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Where are interest rates headed?

Larry Davis Published on 30 August 2010

Fluctuations in the prime rate are of great concern to agricultural operations. The prime rate has traditionally been the interest rate that banks charge their best customers, and it strongly influences the setting of other interest rates. The prime rate varies little among banks, and banks generally adjust their rates at the same time.

As a result, agricultural managers are among the many now asking: “Where are interest rates headed?”

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Figure 1 , showing changes in the prime rate since 1978, demonstrates that the answer has been generally downward – with only a few, brief exceptions. However, since the financial crisis in the fall of 2008, the prime rate has remained unchanged at 3.25 percent. This stability indicates that further reductions will not happen and, in fact, suggests that increases seem almost certain. The question is not “Will rates go higher?” but rather, “When will rates go higher?”

Variable rates versus fixed rates
With a variable rate, the prime rate can actually change as often as daily; but it actually changes monthly or quarterly because it is indexed from the Federal Funds Rate, which the Federal Reserve Board sets on a monthly basis. Other variable rates may be tied to U.S. Treasury notes or bonds or other financial instruments that move up and down. Most, if not all, of these variable rates are influenced by Fed policy; most short-term borrowings, such as revolving and/or operating lines of credit, are variable rate loans.

This means that agricultural operators must be mindful of Fed policy and the prime rate when determining how, and how much, to borrow.

Fixed-rate loans are normally made or offered on intermediate (three- to seven-year) terms, and loans for longer than seven years are considered long term. Long-term loans are specifically secured with equipment, animals and land as collateral; and because such loans are intended to finance assets that are used over the intermediate and long term, they can be fixed for a period of time. Interest rates for fixed-rate financing is normally higher than for variable-rate financing, because the commitment from the bank is being made for a longer period of time, and this tends to increase the risk of principal repayment.

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Normally having a combination of variable- and fixed-rate debt is desirable for a dairy operation. However, managers of each operation will have different needs to consider. They may also have different experiences and attitudes.

Generational differences
As I work with various agricultural operations that have multiple generations in management, I hear widely varying attitudes on fixed-rate versus variable-rate borrowing.

Looking back at the historical chart on the U.S. prime rate, it’s easy to see why.

Those people in active farm management today who were already farming back in the 1978-to-1982 time frame (and who are now around 55 and older) will almost always favor a fixed rate on intermediate- and long-term debt. These veteran operators will often recall the painful experiences they (or they and their parents) endured when variable rates went as high as 20 percent and much of their debt was variable. This generation will in most cases be willing to pay a small premium for the peace of mind they receive from knowing that they have a fixed rate on intermediate- and longer-term debt.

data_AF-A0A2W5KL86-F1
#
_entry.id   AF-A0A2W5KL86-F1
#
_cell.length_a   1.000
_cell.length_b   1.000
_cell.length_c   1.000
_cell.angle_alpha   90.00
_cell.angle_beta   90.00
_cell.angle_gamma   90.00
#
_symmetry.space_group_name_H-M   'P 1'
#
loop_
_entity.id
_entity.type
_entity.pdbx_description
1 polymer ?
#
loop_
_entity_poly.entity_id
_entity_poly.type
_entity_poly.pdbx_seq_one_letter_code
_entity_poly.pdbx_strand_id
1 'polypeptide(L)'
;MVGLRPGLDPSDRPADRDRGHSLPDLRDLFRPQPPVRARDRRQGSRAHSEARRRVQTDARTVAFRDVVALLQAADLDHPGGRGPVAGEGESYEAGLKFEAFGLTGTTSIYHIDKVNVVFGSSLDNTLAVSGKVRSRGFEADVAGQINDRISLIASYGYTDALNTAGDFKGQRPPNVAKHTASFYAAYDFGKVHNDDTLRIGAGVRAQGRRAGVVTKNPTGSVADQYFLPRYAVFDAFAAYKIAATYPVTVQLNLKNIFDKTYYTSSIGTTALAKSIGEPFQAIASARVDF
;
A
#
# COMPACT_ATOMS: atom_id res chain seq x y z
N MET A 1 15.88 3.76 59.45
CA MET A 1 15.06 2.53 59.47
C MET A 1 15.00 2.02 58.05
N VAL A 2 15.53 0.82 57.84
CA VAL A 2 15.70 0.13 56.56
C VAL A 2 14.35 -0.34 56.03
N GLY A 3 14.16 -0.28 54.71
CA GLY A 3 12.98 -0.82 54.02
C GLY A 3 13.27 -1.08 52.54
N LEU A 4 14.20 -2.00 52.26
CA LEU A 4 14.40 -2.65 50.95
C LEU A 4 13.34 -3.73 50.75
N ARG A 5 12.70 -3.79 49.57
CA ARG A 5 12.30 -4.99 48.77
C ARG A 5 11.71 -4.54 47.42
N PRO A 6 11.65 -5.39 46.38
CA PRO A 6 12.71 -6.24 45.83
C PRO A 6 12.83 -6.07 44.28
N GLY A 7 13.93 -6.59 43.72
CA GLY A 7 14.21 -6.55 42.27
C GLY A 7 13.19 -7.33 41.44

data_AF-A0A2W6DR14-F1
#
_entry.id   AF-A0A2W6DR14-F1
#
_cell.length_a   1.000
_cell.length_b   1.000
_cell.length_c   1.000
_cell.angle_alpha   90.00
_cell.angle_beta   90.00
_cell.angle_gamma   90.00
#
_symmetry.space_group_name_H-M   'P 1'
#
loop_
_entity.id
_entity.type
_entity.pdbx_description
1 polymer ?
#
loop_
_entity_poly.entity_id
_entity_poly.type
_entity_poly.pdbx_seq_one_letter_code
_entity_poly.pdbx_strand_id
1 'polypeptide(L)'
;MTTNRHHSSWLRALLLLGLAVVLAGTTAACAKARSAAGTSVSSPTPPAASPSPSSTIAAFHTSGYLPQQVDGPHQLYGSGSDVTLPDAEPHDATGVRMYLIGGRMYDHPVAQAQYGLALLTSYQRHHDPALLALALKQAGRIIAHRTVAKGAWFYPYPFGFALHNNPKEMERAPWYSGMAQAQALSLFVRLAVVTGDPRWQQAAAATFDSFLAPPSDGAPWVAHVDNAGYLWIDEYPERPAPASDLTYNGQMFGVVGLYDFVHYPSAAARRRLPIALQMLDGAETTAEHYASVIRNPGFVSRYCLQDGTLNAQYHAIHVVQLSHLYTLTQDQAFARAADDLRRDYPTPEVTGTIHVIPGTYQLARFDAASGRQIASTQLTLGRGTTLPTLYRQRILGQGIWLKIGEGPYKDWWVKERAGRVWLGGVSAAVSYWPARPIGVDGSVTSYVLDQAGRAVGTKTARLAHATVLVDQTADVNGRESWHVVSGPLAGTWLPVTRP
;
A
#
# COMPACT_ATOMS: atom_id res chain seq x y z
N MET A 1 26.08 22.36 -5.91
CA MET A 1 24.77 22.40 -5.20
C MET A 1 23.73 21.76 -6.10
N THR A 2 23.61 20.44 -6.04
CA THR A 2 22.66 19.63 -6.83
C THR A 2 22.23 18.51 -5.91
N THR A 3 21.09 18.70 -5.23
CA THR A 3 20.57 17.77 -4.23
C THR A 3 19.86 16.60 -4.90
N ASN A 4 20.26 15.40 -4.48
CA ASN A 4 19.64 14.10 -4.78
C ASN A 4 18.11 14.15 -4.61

The younger generation (around 35 and younger) did not experience the same pain. They missed those painful interest-rate jumps, so they look at the same chart and reflect on how interest rates have been between 5 and 10 percent over most of the last 30 years. Therefore, they tend to believe that relatively low variable rates will continue indefinitely. Consequently, operators of this generation will normally opt for a variable rate. They believe they will save money over the long haul because a fixed rate is generally higher and history shows rates won’t change much.

Both of these age groups bring very valid points to the discussion of fixed versus variable interest rates. The “older” generation believes that some of the factors that drove up variable rates in the late 1970s could return and create financial havoc again. They believe the best insurance against higher rates is to fix as much debt as possible. Meanwhile, members of the “younger” generation look at recent history and assume that it will continue. As a result, they believe that variable rates are a better deal. Naturally, the balanced view calls for a strategy of having a portion of debt at a fixed rate and the remainder at a variable rate – a view that each operation should consider and apply to its own situation. Generally speaking, operating debt and a portion of intermediate-term debt should be variable, and the remainder of intermediate-term debt and long-term debt can be fixed.

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Looking forward
Interest rates will go higher in the next 12 months.

Federal Reserve policy, mid-term elections and other world financial events will dictate the exact time frame for rate increases as the U.S. business cycle improves and some inflationary pressures resume in the economy. As a forward-thinking dairyman, you should talk to your banker about the interest rates and loan structures you have and see if some changes can be made.

Generally, some combination of variable- and fixed-rate financing will make sense for you. Make sure you take advantage of this opportunity over the next six to 12 months, because it can impact your profitability over the longer term. PD

Larry Davis
  • Larry Davis

  • Vice President
  • KeyBank Food and Agribusiness Team
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